• Now, head over to your WordPress, and bolt this new OpenID provider into it, by editing your chosen template (via ‘Presentation’/’Theme Editor’). Specifically, crack open the ‘header’ and, right before the closing </head> tag, insert this voodoo boilerplate:

    <link rel="openid.server" href="http://openid.yourblog.domain/">
    <link rel="openid.delegate" href="http://openid.yourblog.domain/">

    The wise Mr. Ruby suggests that, by adding the idp_url config above, the second (visibly redundant) line becomes unnecessary, but I’m too lazy to even bother eliding it. Note that there’s apparently a WordPress plugin that achieves the same one-or-two-line patch without you having to hand-tweak the HTML head, which might be preferable, but I haven’t investigated.

Anyhow, upon saving that change to your header, you should find that by simply providing the URI for your WordPress installation to the various ‘Web-two-dot-zero’ sites that offer an OpenID login option, those sites will do the right thing, reading the “link rel=” tag and as a result contacting your new minimal phpMyID-based OpenID provider. And, apparently, this is all OK.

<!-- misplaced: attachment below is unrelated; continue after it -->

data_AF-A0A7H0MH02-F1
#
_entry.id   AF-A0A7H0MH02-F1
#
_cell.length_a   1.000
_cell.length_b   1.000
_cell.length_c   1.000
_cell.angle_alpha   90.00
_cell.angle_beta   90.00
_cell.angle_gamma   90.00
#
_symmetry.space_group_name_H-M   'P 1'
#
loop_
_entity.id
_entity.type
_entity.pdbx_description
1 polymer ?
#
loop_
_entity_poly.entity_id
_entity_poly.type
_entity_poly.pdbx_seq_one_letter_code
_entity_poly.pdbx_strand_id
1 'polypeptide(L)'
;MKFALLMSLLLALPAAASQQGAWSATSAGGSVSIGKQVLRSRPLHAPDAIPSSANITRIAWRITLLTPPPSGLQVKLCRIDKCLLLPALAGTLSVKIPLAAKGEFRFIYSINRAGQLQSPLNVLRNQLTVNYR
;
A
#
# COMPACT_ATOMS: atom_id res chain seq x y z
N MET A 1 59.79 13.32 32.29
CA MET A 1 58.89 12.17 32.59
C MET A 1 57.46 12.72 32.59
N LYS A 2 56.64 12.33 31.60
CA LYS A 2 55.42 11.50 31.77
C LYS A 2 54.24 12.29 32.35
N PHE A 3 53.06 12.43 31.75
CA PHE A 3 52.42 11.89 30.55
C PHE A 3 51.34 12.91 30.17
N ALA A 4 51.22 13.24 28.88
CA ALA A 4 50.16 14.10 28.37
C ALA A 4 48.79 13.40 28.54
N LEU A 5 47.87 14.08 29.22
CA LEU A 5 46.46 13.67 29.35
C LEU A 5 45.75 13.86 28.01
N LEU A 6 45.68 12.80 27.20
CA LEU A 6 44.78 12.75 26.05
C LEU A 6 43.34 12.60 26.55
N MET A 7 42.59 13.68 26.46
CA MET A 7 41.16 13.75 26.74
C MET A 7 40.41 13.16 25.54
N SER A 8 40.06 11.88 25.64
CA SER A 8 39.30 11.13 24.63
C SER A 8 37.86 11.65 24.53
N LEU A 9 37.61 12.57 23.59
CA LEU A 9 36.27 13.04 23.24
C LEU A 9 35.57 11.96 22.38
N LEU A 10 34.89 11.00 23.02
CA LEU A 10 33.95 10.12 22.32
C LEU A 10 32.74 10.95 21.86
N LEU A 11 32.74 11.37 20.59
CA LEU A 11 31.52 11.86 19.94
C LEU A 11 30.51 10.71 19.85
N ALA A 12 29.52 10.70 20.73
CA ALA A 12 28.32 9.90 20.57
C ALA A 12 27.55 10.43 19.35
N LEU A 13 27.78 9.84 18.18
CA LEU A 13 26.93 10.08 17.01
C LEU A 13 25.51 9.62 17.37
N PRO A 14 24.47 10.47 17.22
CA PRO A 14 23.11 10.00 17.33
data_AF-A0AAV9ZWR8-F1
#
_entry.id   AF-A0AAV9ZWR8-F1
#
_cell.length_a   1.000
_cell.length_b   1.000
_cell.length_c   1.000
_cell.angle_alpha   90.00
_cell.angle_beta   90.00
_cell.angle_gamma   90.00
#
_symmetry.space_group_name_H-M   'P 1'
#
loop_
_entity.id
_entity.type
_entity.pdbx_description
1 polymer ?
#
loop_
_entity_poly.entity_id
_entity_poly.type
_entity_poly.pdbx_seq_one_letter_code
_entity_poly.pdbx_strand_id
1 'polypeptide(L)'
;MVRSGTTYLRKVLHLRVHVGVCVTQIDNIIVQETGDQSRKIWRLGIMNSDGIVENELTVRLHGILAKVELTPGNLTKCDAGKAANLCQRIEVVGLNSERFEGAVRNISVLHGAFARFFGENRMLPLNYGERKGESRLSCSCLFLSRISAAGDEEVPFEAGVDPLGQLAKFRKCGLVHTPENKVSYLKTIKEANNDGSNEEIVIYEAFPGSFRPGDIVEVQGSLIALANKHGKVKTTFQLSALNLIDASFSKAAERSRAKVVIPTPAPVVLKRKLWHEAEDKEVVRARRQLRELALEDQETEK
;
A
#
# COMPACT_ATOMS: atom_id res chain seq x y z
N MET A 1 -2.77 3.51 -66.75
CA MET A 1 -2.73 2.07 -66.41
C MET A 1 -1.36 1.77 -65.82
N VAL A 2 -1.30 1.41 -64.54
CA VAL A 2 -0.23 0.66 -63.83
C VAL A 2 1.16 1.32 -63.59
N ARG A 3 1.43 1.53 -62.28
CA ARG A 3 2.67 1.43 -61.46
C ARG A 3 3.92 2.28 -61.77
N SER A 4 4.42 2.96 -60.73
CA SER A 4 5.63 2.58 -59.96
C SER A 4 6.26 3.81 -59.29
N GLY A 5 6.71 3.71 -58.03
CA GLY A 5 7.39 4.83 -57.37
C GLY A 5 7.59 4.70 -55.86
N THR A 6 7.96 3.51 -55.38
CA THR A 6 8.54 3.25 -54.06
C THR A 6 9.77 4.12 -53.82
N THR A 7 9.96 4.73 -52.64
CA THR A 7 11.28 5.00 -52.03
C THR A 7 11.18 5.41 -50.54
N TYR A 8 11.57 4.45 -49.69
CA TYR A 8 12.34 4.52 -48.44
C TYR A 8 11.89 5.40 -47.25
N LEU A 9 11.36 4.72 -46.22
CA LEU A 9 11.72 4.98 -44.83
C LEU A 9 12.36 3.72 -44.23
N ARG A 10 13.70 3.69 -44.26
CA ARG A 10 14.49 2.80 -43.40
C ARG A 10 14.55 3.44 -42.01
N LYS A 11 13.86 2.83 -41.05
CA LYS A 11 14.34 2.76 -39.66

Good luck.

Category: sysadmin | Tags: , , , , 2 comments »

2 Responses to “An OpenID, via WordPress/phpMyId, on Dreamhost”


    Even though this comment is coming long after this post’s date of publishing, I wanted to thank you for writing these instructions. I met your use case almost exactly (the important part being that I am a Dreamhost user), and this saved me a lot of work.

    Normally I’d give myself a demerit for reading from a tutorial instead of fiddling with things myself, but my fiddler is tired from setting up WordPress in the first place. 🙂

    I also added a bit to your original formula – instead of embedding the openid server information in my blog’s header (which is in a subdirectory of my domain), I added the code to the root page of my website, since I’m planning to eventually build a site including more than just a WP install.

    At any rate, thanks for bothering to write all this up – it was greatly appreciated!

    – Sarah Lambert


    I have had success doing this with bluehost, although I don’t think bluehost currently runs PHP in CGI mode.